Head hopping is a common problem for writers who think they’re writing in omniscient. Often, they want to do omniscient because of the perception that all the viewpoint does is show what all the characters all thinking in a scene.
This is what beginning writers trying to write in omniscient do:
Paragraph 1: George’s POV
Paragraph 2: Jane’s POV
Paragraph 3: Jim’s POV
Paragraph 4: Jane’s POV
It’s basic head hopping. We’re just jumping from one character viewpoint to another and likely confusing the reader. Compare with omniscient:
Camera follows main character for several pages.
Dips into the thoughts of another character for paragraph. Makes a transition.
Returns to follow the main character again, likely for several pages.
There’s some key differences between the two. With head hopping, we’re looking through the character’s eyes and experiencing the scene as they see it. Head hopping also tends–at least from my critiquing experience–to occur rather frequently.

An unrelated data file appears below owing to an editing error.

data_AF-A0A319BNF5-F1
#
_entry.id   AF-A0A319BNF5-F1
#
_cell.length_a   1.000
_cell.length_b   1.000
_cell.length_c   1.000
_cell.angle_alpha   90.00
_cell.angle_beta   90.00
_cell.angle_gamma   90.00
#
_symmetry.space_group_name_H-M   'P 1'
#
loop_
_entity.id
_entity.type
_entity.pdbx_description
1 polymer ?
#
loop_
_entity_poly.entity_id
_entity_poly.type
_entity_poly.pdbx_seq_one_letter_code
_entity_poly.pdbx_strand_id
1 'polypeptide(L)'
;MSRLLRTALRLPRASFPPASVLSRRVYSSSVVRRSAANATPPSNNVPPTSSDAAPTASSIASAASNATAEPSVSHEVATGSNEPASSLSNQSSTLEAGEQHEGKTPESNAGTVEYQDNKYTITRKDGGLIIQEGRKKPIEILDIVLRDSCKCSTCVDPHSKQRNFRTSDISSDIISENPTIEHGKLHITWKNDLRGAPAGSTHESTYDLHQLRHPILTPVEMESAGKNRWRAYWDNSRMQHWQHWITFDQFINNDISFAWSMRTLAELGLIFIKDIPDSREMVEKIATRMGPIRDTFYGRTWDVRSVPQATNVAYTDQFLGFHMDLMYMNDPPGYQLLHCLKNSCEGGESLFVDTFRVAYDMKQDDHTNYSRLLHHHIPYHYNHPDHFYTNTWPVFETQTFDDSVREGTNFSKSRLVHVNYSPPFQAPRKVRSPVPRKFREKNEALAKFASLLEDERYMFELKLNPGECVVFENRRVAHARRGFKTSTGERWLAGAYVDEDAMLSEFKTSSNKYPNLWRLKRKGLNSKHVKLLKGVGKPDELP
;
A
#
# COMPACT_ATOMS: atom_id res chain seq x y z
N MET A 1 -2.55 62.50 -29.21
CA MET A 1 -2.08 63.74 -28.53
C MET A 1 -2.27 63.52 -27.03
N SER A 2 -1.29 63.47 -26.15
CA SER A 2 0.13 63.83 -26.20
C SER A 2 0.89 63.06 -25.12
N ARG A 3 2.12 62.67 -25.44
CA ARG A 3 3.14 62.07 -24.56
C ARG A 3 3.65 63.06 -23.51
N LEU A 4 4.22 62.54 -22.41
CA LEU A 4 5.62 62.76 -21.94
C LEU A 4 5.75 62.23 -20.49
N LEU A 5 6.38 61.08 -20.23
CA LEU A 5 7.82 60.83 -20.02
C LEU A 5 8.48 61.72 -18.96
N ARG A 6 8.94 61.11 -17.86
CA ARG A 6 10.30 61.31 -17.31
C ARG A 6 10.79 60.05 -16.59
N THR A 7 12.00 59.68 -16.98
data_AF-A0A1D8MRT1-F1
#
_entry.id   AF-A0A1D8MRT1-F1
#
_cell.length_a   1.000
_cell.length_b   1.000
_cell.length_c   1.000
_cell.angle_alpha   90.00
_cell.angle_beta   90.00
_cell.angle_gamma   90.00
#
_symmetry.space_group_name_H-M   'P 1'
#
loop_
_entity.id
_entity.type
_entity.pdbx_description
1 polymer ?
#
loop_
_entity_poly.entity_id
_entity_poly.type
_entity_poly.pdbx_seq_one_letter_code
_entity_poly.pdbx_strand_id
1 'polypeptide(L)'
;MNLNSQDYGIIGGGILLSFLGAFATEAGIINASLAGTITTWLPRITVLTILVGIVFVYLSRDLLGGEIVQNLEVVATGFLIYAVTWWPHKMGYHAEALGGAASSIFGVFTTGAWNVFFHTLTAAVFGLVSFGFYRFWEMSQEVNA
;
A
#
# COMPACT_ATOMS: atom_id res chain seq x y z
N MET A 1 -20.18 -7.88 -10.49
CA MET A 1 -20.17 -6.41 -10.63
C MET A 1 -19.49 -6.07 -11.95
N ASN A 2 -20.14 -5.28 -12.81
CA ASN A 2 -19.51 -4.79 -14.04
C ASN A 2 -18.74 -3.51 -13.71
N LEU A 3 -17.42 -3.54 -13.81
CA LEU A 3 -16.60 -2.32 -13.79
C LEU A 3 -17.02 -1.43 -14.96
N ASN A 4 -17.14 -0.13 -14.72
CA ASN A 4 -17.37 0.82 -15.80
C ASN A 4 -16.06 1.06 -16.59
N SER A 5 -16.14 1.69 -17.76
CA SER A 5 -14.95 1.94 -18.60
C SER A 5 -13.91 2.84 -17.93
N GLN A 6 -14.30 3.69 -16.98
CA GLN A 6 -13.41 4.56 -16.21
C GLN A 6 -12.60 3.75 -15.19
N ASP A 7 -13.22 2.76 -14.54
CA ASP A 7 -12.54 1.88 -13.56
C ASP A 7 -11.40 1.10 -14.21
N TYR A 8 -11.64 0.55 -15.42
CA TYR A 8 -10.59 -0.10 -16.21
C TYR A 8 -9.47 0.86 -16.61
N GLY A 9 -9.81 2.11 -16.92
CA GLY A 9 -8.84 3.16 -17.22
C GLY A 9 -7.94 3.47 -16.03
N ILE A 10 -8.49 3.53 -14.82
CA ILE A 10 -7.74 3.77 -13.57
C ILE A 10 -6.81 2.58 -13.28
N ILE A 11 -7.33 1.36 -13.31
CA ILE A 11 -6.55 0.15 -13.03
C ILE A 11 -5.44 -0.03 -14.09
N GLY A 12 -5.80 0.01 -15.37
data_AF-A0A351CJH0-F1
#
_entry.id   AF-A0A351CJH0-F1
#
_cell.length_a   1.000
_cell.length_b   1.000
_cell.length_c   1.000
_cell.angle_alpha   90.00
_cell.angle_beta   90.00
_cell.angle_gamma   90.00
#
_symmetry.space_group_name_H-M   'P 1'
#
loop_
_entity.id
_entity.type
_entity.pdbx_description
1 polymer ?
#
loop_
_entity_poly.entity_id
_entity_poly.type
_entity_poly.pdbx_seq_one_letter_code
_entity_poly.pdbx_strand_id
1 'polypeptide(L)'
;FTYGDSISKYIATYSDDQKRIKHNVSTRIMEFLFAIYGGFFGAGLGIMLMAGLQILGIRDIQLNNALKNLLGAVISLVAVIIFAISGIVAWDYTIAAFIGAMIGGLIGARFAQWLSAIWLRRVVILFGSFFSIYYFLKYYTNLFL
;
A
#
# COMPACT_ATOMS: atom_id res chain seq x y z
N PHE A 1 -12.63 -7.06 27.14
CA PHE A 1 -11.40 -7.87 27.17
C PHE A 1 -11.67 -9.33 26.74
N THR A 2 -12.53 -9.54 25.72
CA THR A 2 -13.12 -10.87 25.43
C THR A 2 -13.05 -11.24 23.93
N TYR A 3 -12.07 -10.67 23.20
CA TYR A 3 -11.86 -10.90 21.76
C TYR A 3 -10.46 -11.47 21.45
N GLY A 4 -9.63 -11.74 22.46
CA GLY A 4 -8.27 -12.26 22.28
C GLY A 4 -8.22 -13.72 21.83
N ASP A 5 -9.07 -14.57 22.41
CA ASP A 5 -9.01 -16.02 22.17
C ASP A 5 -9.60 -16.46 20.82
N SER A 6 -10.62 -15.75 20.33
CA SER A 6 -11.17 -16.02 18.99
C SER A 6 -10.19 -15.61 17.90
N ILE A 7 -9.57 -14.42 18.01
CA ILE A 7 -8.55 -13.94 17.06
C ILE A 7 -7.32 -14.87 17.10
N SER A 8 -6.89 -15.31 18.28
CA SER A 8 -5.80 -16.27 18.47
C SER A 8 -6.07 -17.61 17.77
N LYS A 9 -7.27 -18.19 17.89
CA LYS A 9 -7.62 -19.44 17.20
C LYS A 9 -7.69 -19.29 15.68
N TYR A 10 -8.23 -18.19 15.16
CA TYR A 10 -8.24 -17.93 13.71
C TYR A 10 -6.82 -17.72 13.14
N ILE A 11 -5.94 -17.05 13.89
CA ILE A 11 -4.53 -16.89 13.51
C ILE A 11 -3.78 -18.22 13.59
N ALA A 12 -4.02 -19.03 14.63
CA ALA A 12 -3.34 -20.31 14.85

With omniscient, we never leave what the camera narrator sees. Remember my earlier entry on word choice? Careful word choice keeps the reader in the camera narrator’s POV. But the narrator also tends not to touch other characters’ thoughts too often.
I’ve read all of Tamora Pierce’s books. Her Lady Knight series does omniscient very well. The narrator primarily follows the main character, but occasionally drops in on another character. Her Circle of Four series–and please note that I still really like the books–leans more towards head hopping. She has four main characters who carry equal weight, and sometimes the narrator switches too often between them.
But there’s another piece to preventing head hopping and that’s next: Making Transitions in Omnscient Viewpoint.